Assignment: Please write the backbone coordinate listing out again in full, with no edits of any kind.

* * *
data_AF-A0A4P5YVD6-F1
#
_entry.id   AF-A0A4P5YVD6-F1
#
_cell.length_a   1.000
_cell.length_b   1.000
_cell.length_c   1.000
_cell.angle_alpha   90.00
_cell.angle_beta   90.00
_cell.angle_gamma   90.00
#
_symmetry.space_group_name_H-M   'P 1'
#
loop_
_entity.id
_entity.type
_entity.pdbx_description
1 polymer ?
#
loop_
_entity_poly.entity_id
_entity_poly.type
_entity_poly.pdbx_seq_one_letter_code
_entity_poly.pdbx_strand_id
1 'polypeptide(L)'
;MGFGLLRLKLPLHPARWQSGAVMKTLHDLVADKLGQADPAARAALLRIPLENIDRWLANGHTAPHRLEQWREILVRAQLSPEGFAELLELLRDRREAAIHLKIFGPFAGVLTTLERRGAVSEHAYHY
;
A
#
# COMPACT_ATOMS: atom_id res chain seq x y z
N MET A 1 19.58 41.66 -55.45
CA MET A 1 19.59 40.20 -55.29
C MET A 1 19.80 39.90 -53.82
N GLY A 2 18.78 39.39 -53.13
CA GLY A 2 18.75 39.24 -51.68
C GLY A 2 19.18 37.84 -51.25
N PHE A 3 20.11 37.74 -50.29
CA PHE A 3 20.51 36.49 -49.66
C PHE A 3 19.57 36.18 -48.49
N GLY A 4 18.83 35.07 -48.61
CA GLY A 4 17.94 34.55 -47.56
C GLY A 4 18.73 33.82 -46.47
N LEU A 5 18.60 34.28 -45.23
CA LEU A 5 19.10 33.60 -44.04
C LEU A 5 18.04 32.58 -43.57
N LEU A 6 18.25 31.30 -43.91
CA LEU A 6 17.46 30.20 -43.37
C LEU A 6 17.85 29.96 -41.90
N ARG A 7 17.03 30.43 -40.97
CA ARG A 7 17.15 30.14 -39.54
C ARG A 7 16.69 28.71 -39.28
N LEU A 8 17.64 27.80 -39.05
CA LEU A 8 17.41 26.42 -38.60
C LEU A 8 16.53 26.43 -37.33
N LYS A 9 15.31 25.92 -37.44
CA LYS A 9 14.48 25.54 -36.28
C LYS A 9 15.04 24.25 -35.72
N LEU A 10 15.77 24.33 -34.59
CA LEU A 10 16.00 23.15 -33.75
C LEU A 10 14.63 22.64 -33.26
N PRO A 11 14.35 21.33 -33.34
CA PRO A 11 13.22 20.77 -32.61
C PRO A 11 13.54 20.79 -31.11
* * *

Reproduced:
data_AF-A0A4P5YVD6-F1
#
_entry.id   AF-A0A4P5YVD6-F1
#
_cell.length_a   1.000
_cell.length_b   1.000
_cell.length_c   1.000
_cell.angle_alpha   90.00
_cell.angle_beta   90.00
_cell.angle_gamma   90.00
#
_symmetry.space_group_name_H-M   'P 1'
#
loop_
_entity.id
_entity.type
_entity.pdbx_description
1 polymer ?
#
loop_
_entity_poly.entity_id
_entity_poly.type
_entity_poly.pdbx_seq_one_letter_code
_entity_poly.pdbx_strand_id
1 'polypeptide(L)'
;MGFGLLRLKLPLHPARWQSGAVMKTLHDLVADKLGQADPAARAALLRIPLENIDRWLANGHTAPHRLEQWREILVRAQLSPEGFAELLELLRDRREAAIHLKIFGPFAGVLTTLERRGAVSEHAYHY
;
A
#
# COMPACT_ATOMS: atom_id res chain seq x y z
N MET A 1 19.58 41.66 -55.45
CA MET A 1 19.59 40.20 -55.29
C MET A 1 19.80 39.90 -53.82
N GLY A 2 18.78 39.39 -53.13
CA GLY A 2 18.75 39.24 -51.68
C GLY A 2 19.18 37.84 -51.25
N PHE A 3 20.11 37.74 -50.29
CA PHE A 3 20.51 36.49 -49.66
C PHE A 3 19.57 36.18 -48.49
N GLY A 4 18.83 35.07 -48.61
CA GLY A 4 17.94 34.55 -47.56
C GLY A 4 18.73 33.82 -46.47
N LEU A 5 18.60 34.28 -45.23
CA LEU A 5 19.10 33.60 -44.04
C LEU A 5 18.04 32.58 -43.57
N LEU A 6 18.25 31.30 -43.91
CA LEU A 6 17.46 30.20 -43.37
C LEU A 6 17.85 29.96 -41.90
N ARG A 7 17.03 30.43 -40.97
CA ARG A 7 17.15 30.14 -39.54
C ARG A 7 16.69 28.71 -39.28
N LEU A 8 17.64 27.80 -39.05
CA LEU A 8 17.41 26.42 -38.60
C LEU A 8 16.53 26.43 -37.33
N LYS A 9 15.31 25.92 -37.44
CA LYS A 9 14.48 25.54 -36.28
C LYS A 9 15.04 24.25 -35.72
N LEU A 10 15.77 24.33 -34.59
CA LEU A 10 16.00 23.15 -33.75
C LEU A 10 14.63 22.64 -33.26
N PRO A 11 14.35 21.33 -33.34
CA PRO A 11 13.22 20.77 -32.61
C PRO A 11 13.54 20.79 -31.11